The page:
For his part, Aragorn wondered at himself, that he should confess to a Haradrim what he kept secret from many in the West, even those whom he yet accounted friends. Why this secret? Why confide this one, out of all of the others, and to a stranger rather than a friend? Perhaps because it was a harmless truth here, isolated from the persona of Khordan, and therefore safe to declare. Or perhaps I wish someone to know someone whose judgment of necessity cannot touch me. Valar know I would sing it from the mountain tops in Rivendell if I could! He gazed at the bewildered Indirkan, and doubt voiced a third possiblity: Or perhaps I do so because he is no longer simply a stranger! The Haradrim appeared lost in his own thoughts for a time, seeming to ponder what significance this odd confession might have for his own plight. Alas, Aragorn knew not precisely what, if anything, he had wished to convey with his mention of Arwen, yet somehow it had seemed appropriate. Perhaps because the women we love have such a hold over us both, though they may not realize it, he thought. Halbarad, Elrond and my 'brothers', Gandalffor them I would die if my death were needed, but it is for Arwen that I live. I guess that it stands thus also between Indirkan and his sister. And if that were so . If he goes never back to her, then he is lost. As I would be! Aragorn thought, and drew a deeper breath, ignoring the pain, taking that to heart as he resolved once more to leave Harad as soon as possible.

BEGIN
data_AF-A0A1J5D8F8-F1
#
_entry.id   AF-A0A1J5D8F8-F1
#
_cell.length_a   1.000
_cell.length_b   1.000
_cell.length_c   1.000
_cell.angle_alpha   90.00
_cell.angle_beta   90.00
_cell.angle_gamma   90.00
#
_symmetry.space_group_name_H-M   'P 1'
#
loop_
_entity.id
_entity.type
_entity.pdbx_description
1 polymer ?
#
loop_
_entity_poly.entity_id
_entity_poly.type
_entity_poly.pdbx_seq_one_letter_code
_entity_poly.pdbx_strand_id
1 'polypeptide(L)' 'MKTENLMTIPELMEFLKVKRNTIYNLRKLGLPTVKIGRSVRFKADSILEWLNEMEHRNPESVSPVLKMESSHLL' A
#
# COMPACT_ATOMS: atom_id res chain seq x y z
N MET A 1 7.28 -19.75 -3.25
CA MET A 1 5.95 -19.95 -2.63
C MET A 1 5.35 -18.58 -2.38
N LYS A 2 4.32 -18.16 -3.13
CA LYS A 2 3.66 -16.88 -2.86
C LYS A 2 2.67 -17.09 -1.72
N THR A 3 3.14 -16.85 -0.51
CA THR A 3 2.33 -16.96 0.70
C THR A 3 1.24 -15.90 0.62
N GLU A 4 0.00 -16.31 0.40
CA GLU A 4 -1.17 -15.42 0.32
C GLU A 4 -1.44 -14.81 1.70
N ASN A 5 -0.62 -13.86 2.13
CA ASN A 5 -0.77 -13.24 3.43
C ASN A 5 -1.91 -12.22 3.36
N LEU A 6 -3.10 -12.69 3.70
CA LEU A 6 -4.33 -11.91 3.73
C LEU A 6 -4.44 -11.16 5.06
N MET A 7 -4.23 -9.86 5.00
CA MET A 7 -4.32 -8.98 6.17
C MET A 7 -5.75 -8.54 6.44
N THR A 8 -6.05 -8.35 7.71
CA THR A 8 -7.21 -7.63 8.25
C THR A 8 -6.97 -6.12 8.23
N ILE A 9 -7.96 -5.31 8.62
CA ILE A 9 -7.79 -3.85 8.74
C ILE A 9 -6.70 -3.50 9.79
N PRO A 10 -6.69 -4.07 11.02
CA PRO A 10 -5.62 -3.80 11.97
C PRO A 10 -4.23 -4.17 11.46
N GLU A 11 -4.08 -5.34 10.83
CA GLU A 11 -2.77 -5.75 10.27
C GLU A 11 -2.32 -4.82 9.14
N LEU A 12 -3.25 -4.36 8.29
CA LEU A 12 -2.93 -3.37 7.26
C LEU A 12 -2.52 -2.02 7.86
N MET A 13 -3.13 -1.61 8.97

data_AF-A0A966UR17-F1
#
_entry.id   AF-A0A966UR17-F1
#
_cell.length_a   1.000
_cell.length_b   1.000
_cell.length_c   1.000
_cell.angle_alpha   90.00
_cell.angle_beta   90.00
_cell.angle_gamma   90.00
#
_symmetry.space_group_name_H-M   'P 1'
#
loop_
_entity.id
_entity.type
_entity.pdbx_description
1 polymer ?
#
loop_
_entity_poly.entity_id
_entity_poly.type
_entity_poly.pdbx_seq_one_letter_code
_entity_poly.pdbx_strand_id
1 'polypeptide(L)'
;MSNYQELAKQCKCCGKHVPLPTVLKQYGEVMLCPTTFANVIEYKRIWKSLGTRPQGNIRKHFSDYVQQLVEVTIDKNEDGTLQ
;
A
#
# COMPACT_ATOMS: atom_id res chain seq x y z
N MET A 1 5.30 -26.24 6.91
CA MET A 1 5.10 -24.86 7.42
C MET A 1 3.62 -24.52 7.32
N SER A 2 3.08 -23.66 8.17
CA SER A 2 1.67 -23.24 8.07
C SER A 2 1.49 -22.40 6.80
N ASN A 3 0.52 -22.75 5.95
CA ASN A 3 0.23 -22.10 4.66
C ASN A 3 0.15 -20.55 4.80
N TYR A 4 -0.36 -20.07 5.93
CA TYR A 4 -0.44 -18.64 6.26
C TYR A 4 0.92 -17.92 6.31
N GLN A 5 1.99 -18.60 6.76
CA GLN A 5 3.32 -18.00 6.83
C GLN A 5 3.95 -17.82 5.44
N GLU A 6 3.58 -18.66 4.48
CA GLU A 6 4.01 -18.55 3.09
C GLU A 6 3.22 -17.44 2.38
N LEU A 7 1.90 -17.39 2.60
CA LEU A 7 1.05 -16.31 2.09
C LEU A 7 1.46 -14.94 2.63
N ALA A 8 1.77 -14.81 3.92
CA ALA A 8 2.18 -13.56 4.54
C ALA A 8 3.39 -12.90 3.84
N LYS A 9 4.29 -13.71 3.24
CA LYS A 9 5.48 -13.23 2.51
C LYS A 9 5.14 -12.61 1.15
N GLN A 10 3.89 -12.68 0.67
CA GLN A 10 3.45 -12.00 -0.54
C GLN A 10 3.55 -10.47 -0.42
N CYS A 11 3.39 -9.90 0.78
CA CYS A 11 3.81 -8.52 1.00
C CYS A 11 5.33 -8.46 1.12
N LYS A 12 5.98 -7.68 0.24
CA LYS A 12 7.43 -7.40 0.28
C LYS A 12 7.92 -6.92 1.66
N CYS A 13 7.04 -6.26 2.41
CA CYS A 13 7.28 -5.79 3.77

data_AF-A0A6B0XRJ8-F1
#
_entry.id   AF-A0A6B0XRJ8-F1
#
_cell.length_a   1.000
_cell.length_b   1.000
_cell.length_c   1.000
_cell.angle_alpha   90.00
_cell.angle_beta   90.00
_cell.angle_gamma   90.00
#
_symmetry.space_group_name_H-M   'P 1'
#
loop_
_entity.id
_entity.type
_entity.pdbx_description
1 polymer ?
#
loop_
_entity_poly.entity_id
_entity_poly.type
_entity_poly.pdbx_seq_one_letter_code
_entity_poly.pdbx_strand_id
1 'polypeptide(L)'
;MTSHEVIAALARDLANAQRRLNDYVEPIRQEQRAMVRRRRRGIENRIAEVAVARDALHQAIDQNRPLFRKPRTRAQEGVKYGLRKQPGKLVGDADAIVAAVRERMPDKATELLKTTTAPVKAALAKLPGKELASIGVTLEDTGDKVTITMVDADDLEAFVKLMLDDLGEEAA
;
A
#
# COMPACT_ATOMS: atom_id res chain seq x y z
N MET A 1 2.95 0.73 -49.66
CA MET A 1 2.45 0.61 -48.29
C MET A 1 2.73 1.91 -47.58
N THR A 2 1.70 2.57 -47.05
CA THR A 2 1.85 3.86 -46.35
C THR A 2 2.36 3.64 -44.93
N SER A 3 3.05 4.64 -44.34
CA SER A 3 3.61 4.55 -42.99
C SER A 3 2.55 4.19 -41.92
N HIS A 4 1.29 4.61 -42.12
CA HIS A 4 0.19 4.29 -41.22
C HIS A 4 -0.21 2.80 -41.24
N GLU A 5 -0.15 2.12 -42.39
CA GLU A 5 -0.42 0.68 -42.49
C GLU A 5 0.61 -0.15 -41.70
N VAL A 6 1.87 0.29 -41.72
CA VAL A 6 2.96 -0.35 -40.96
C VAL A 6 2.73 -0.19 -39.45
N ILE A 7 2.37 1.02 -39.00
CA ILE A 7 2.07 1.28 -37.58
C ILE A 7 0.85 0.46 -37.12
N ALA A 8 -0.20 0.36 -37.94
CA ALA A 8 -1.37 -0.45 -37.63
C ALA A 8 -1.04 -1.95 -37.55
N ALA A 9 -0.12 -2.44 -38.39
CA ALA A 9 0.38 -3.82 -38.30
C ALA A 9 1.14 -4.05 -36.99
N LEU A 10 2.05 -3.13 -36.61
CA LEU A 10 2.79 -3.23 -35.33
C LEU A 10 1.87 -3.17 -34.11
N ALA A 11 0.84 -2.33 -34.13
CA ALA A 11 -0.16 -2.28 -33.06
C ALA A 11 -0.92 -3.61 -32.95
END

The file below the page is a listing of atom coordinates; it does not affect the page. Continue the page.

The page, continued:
"What is her name?" Indirkan asked suddenly into the silence that had fallen, gazing intently at Khordan.
"Ûrherané," the other replied, and the younger man raised his brows at that.
"'Evenstar'?" he repeated. "Will you see her again?" Indirkan asked finally, after a long pause. He saw Khordan's eyes flicker at that, blazing suddenly with emotion that ranged from hope to dread, and then shifted suddenly to resolution.
"If fortune is kind, yes," said he. "And will you return to bid your Kirdali farewell?" Khordan asked, cocking his head as he swiped at a few errant strands of dark hair. Indirkan hesitated, but after a moment he answered firmly:
"Good," Aragorn replied softly, feeling an odd and vicarious satisfaction at that.
"Whither will you go, when you are able?" asked the younger man after another lengthy silence.
"West," the other replied laconically, and Indirkan snorted.